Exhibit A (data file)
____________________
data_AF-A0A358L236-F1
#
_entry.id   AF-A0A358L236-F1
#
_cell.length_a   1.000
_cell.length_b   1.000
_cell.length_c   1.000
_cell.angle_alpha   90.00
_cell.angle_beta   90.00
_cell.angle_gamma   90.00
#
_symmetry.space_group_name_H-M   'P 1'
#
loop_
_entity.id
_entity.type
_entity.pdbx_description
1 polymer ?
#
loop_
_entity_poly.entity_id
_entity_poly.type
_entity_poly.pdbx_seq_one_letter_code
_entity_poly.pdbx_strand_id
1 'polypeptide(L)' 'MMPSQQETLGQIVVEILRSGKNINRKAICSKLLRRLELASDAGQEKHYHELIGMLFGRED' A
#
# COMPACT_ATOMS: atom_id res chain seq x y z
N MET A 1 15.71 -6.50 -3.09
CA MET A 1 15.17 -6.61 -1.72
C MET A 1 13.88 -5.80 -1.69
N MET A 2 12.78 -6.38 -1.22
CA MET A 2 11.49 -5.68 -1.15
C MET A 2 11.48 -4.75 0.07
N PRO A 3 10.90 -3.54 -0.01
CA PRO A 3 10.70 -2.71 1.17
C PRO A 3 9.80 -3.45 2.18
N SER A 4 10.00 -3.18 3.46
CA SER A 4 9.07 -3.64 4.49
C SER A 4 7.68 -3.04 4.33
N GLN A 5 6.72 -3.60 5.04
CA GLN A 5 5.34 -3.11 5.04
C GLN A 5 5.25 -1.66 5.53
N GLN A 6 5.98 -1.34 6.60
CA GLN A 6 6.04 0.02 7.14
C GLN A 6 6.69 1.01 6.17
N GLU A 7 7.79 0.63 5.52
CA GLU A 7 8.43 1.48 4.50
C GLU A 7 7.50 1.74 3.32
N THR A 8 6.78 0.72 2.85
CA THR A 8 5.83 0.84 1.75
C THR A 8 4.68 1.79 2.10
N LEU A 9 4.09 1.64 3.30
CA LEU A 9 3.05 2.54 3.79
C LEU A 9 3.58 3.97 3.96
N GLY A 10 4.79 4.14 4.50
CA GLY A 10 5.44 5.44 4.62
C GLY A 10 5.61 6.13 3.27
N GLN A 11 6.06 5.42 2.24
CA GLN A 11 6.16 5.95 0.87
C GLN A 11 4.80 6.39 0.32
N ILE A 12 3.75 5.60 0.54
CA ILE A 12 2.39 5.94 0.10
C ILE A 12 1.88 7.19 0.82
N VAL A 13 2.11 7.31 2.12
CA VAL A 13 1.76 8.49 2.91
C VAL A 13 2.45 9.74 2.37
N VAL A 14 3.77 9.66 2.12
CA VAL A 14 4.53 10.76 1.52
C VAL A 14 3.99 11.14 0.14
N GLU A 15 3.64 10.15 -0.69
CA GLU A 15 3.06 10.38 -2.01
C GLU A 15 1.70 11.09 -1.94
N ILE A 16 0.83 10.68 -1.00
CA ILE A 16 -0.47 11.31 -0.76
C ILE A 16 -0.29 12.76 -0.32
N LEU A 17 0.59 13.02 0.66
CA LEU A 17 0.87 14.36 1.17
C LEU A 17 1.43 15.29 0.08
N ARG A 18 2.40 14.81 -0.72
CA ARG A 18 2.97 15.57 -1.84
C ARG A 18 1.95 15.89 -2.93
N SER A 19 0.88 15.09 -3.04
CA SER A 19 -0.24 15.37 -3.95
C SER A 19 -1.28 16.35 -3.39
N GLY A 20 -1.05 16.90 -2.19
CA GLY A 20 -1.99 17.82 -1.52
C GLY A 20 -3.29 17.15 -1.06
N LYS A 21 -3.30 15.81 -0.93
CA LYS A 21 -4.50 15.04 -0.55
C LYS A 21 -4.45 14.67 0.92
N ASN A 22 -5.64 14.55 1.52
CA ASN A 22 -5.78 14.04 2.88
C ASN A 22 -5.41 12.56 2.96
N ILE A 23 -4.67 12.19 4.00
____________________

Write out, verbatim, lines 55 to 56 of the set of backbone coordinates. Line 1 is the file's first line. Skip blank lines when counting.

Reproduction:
N GLY A 10 4.79 4.14 4.50
CA GLY A 10 5.44 5.44 4.62